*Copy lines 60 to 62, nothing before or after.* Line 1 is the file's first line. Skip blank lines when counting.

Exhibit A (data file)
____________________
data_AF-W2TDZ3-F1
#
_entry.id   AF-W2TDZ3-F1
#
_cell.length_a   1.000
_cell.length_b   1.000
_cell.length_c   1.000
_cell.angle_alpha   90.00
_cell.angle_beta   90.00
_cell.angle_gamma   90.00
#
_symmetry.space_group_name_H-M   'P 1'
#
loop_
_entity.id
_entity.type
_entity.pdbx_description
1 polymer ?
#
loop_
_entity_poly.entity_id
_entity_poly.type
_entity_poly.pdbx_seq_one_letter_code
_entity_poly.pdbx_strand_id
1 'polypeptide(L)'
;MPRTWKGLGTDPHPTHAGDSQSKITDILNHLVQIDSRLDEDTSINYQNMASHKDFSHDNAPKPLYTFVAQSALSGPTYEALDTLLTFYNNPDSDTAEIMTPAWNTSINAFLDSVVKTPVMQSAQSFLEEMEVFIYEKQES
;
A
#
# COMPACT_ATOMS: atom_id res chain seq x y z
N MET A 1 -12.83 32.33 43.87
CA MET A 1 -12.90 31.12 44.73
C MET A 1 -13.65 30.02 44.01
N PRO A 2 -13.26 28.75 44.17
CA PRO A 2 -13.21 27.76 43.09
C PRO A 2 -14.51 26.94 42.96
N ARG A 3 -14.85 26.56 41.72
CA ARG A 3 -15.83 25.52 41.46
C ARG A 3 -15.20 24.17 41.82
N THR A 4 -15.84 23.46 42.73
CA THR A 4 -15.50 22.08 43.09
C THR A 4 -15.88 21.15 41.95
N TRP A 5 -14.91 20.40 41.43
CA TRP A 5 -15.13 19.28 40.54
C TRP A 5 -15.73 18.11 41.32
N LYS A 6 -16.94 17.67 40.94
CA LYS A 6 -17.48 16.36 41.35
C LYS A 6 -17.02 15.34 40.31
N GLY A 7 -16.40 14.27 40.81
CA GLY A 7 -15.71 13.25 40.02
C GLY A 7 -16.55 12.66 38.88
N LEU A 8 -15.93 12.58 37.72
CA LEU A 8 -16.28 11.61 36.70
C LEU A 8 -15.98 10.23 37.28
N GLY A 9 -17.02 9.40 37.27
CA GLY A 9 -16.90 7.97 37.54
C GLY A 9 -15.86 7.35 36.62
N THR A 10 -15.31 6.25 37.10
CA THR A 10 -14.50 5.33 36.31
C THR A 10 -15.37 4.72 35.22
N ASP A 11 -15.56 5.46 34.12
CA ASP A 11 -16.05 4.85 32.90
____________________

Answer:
C THR A 10 -15.37 4.72 35.22
N ASP A 11 -15.56 5.46 34.12
CA ASP A 11 -16.05 4.85 32.90